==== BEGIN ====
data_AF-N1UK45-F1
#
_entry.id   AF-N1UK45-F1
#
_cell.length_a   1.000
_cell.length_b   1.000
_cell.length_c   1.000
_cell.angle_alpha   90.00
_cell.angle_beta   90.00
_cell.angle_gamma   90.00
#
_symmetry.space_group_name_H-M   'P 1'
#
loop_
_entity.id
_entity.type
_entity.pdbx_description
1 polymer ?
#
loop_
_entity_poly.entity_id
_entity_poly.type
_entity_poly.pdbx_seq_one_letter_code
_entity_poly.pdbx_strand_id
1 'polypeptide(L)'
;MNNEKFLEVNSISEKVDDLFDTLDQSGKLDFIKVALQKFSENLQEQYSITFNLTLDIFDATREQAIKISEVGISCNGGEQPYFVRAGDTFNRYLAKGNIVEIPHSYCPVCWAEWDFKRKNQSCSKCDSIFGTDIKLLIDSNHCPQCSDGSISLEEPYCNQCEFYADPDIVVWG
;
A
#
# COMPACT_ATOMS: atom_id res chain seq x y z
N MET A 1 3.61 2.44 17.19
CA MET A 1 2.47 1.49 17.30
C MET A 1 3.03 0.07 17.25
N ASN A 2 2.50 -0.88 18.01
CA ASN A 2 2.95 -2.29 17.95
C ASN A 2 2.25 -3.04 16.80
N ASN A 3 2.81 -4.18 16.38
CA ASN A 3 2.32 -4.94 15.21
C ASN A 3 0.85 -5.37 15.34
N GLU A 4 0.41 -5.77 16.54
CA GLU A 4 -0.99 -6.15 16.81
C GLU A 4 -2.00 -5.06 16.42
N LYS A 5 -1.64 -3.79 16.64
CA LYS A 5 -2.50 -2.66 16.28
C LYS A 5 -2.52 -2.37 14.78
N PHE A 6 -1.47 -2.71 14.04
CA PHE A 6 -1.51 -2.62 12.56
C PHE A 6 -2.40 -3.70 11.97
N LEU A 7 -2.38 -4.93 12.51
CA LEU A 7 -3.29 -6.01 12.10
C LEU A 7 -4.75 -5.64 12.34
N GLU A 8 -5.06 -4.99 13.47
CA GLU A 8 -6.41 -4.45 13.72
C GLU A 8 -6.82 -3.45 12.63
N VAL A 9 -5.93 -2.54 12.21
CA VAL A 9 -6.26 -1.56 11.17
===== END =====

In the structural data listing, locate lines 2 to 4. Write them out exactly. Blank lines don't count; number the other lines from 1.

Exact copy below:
#
_entry.id   AF-N1UK45-F1
#